Disability Benefits for Carpal Tunnel Syndrome
Carpal and cubital tunnel syndromes are repetitive strain injuries occurring in between 3-6% of the adult U.S. population. Symptoms include pain, numbness and tingling in the wrist and arm. In severe cases, this pain may be extreme enough to limit a person’s ability to work. For these reasons, it is possible to receive Social Security disability benefits for cubital tunnel or carpal tunnel syndrome.
In the U.S., two federal programs offer individuals the chance to apply for carpal tunnel disability benefits. Social Security Disability Insurance, or SSDI, is available to anyone who has previously worked and contributed a certain amount in payroll taxes over the years.
If you don’t qualify for SSDI, it may be possible to apply for benefits under the Supplemental Security Income (SSI) program, which is based on financial need rather than work history. The application process for both programs is similar. Whichever you apply to, it is necessary to provide medical evidence of your condition.
Qualifying for Disability Benefits With Carpal Tunnel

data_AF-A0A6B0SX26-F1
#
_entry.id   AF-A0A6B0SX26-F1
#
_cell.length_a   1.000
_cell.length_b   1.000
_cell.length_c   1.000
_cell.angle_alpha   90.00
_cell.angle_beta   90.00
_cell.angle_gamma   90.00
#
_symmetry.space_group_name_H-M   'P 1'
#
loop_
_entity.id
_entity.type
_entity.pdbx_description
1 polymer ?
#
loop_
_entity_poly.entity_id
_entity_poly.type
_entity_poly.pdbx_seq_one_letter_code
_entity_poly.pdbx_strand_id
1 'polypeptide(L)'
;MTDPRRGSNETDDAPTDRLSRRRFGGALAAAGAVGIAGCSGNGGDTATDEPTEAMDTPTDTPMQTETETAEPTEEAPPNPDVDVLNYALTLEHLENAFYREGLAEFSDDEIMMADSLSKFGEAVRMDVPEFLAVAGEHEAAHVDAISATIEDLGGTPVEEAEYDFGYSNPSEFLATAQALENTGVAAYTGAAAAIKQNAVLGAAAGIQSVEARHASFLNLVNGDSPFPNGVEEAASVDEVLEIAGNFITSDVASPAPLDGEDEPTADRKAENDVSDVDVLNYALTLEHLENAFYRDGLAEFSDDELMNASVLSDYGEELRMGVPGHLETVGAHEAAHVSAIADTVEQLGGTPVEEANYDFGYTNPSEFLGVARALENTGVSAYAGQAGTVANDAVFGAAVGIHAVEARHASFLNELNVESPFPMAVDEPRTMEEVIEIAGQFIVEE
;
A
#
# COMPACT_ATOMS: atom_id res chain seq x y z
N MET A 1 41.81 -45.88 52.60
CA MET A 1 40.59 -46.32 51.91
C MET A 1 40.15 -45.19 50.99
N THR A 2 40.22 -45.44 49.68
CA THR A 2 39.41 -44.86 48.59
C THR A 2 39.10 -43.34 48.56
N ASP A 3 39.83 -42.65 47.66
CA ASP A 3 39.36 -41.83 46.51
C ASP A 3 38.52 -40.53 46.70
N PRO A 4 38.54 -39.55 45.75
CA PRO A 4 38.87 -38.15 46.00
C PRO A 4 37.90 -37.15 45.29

Carpal tunnel syndrome is not one of the conditions listed in the SSA’s Blue Book of disabilities. This does not mean it is impossible to receive Social Security benefits for carpal tunnel syndrome, but it does mean that more background work must be done to prove the severity of your condition. This may be accomplished by providing medical records, doctors’ reports, and other clinical evidence demonstrating the impact your carpal tunnel has had on your ability to work.
The decision maker in your claim will need to complete a residual functional capacity (RFC) assessment. This is completed by either your doctor or a Social Security Administration examiner. It assesses your ability to complete basic work tasks required in most jobs, such as lifting, overhead reaching, gripping and manipulating large objects, and handling and fingering small items. The RFC assessment will then be reviewed along with your previous employment and education history to determine which jobs you could realistically be expected to obtain.
What to Do if You Are Rejected
The reality is that nearly 7 out of 10 first time applicants are rejected for Social Security disability benefits. Because carpal tunnel syndrome isn’t listed in the Blue Book, rejection rates may be even higher. If you have been rejected, you have 60 days to begin the appeal process. One of the best ways to get a decision reversed is to speak with a disability attorney who understands carpal tunnel syndrome. The attorney may be able to help you obtain the documentation you need for success.
Based right outside of Media, PA, Lisa M. Ritacco has been helping individuals get the financial freedom they need to manage the symptoms of severe carpal tunnel syndrome. If you’re considering applying to either SSI or SSDI for benefits, or have previously applied to either program and have been rejected, contact our office to arrange your free consultation.